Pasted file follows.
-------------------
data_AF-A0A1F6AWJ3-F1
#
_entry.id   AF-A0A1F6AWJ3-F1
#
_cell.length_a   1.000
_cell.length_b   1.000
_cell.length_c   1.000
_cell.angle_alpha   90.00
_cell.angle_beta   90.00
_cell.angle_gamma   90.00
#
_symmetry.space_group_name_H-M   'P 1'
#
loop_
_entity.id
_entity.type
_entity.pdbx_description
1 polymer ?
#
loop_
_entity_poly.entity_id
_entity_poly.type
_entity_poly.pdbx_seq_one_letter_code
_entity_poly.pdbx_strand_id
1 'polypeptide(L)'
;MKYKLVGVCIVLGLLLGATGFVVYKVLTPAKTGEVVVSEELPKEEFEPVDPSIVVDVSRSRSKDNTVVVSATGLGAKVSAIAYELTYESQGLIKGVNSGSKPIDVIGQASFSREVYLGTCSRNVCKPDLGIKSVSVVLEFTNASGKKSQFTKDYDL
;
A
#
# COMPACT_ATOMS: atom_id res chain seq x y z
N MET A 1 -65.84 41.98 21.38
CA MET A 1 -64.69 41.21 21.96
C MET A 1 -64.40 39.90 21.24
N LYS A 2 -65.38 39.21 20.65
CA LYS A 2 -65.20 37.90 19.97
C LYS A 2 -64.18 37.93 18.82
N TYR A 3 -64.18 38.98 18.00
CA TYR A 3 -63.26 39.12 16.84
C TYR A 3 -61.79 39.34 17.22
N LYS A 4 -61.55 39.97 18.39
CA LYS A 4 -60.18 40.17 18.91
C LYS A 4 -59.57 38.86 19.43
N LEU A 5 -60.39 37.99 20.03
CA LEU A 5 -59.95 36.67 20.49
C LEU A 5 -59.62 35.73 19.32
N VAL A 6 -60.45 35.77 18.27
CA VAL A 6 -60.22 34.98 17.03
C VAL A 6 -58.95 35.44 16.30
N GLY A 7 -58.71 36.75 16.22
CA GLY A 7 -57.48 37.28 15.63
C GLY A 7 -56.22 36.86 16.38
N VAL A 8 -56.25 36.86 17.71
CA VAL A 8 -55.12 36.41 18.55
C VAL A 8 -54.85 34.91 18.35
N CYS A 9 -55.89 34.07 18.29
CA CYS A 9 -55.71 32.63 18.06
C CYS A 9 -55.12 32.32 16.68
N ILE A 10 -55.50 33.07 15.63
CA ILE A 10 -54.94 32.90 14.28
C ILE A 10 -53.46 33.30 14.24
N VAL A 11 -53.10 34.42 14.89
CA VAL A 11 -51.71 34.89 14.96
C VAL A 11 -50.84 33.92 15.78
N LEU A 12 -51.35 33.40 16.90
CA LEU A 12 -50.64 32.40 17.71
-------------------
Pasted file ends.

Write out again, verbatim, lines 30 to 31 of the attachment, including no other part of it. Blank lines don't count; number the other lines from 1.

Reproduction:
# COMPACT_ATOMS: atom_id res chain seq x y z
N MET A 1 -65.84 41.98 21.38